E.on, Europe’s largest power company, lost almost 7 billion euros last year (2015). A year earlier it lost 3.2 billion euros.
The German power giant was hit not only by low prices on the electricity exchanges, but the losses were also due to significant “impairment charges” as the company writes down the value of its conventional coal and gas power plant assets.
“Difficult times” says E.on Chairman of the Board and CEO Johannes Teyssen Source : E.ON SE
That sort of thing happens when a power company is forced by law to buy haphazard, money-losing solar and wind energy at exorbitant prices and sell it at a loss on the power exchanges. There’s no turnaround in sight.
What we are witnessing is the collapse of Germany’s power industry – thanks to the Energiewende (transition to green energies).
E.on CEO Johannes Teyssen spoke of “difficult times” at a press conference on Wednesday morning. Over the past two years the Essen-Germany-based company has lost over 10 billion euros!
‘The general economic environment and the situation in our industry have deteriorated significantly,’ Chief Executive Officer Johannes Teyssen told reporters on Wednesday in Essen.”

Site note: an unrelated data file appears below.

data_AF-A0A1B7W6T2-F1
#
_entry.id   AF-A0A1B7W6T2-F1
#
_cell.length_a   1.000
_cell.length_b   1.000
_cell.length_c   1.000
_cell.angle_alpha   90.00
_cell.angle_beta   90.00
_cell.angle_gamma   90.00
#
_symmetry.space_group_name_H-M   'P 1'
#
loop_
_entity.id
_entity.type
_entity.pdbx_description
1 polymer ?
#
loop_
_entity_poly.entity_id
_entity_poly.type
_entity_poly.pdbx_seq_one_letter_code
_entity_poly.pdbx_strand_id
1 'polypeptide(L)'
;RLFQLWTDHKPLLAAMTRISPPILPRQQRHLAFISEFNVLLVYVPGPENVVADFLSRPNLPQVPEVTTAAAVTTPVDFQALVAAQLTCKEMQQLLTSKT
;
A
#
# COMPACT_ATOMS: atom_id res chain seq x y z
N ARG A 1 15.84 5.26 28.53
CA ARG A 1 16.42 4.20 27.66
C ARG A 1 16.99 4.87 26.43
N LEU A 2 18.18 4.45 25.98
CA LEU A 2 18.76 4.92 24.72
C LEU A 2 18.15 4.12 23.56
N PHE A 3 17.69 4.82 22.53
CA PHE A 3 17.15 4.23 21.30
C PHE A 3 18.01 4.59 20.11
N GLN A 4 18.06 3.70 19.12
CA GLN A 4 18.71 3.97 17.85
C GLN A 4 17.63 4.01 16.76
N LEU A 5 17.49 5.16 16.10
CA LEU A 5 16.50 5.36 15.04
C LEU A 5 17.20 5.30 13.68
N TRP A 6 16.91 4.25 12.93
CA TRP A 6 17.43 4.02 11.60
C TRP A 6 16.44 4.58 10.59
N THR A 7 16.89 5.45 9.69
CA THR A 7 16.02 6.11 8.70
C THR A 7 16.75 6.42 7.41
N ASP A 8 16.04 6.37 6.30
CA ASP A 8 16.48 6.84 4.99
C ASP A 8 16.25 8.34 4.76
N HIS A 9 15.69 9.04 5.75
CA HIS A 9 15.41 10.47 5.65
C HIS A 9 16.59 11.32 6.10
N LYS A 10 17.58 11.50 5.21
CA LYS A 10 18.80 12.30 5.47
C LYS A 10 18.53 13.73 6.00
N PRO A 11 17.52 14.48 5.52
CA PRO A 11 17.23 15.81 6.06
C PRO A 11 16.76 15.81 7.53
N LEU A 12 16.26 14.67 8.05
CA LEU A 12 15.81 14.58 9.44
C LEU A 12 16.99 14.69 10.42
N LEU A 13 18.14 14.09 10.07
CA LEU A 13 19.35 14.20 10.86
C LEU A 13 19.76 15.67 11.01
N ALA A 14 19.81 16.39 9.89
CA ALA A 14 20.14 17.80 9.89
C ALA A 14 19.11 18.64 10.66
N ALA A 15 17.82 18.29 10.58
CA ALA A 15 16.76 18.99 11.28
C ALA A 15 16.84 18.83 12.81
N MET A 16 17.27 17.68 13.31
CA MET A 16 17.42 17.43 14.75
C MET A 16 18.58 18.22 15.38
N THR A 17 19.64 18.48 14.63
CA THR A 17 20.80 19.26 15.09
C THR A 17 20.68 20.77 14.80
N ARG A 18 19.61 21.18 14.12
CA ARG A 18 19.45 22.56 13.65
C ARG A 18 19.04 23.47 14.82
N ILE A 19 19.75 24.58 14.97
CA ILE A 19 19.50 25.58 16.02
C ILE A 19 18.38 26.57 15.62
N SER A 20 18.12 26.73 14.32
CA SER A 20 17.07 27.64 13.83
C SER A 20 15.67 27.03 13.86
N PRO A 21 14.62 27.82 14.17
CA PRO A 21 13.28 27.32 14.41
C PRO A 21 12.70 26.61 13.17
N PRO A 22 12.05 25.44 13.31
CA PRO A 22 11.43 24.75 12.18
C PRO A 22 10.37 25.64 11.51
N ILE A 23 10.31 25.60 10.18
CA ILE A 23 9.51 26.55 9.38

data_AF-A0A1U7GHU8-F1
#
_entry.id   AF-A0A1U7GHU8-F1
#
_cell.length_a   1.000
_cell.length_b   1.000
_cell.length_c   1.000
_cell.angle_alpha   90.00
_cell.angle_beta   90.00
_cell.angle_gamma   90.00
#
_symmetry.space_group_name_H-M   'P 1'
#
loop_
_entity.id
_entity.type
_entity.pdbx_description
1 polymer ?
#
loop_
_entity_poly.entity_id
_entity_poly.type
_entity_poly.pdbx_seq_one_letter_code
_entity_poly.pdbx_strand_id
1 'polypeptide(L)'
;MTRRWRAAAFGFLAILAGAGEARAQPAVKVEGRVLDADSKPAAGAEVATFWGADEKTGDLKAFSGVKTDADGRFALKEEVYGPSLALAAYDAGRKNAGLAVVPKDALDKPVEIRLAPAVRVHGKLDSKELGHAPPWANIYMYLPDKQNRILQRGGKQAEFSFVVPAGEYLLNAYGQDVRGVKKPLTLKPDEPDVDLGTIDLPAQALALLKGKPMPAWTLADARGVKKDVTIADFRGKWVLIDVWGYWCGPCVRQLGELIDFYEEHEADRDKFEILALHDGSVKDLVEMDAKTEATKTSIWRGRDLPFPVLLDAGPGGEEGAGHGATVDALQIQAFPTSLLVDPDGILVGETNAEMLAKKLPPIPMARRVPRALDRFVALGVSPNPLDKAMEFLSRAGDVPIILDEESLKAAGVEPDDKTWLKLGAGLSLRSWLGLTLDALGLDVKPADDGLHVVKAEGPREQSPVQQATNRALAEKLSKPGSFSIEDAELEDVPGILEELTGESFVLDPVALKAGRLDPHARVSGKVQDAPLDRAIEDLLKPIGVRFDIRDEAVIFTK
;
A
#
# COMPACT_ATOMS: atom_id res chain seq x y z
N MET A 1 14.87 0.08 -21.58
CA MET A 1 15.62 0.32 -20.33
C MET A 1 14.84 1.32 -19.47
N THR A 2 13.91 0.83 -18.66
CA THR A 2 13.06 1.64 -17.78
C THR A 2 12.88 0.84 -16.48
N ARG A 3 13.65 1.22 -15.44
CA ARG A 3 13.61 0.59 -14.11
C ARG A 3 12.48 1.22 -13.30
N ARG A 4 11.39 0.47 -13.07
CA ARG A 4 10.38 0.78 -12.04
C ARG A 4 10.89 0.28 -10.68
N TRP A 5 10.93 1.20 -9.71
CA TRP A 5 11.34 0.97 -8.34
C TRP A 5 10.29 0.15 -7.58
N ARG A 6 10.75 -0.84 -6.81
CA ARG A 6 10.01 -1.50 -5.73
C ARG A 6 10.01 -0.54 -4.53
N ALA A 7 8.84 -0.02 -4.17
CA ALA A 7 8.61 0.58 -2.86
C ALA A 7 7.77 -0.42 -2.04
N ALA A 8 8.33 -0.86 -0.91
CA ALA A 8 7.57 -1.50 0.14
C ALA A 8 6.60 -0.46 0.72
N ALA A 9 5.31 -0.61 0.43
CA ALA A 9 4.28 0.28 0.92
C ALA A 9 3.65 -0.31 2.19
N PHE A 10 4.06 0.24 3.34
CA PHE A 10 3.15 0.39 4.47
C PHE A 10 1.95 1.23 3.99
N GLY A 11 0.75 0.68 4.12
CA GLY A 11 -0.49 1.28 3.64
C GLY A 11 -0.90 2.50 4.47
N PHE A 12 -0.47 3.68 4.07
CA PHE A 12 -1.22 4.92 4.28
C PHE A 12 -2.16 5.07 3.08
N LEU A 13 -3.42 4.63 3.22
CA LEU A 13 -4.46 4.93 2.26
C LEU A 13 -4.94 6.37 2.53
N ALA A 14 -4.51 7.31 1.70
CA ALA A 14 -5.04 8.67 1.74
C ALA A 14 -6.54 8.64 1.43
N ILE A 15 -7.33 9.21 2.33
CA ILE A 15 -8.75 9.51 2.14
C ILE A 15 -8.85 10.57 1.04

Unsurprisingly the massive losses stemmed in large part from the area of power generation, where sales fell 34%. The operation of gas-fired power plants is no longer profitable due to the low prices on the energy exchanges.
Worse, the low prices from excessive production are not even making their way to the consumers. Although generated power is sold at low prices on the exchange markets due to surplus production from wind and sun, consumers are getting no benefit. German consumers are now paying near record prices for electricity (approx. €0.29/kw-h). Often coal-fired power plants run idle as well. experts have warned that the Energiewende may cost German consumers a trillion euros.
Share prices of Eon have also taken a terrible beating. In early 2008 the price for a share stood near 50 euros. Today a share stands at a measly 8 euros.
Spiegel here calls the losses at Eon “dramatic”.
Already in 2013 The Economist warned of an impending disaster for Germany’s energy sector.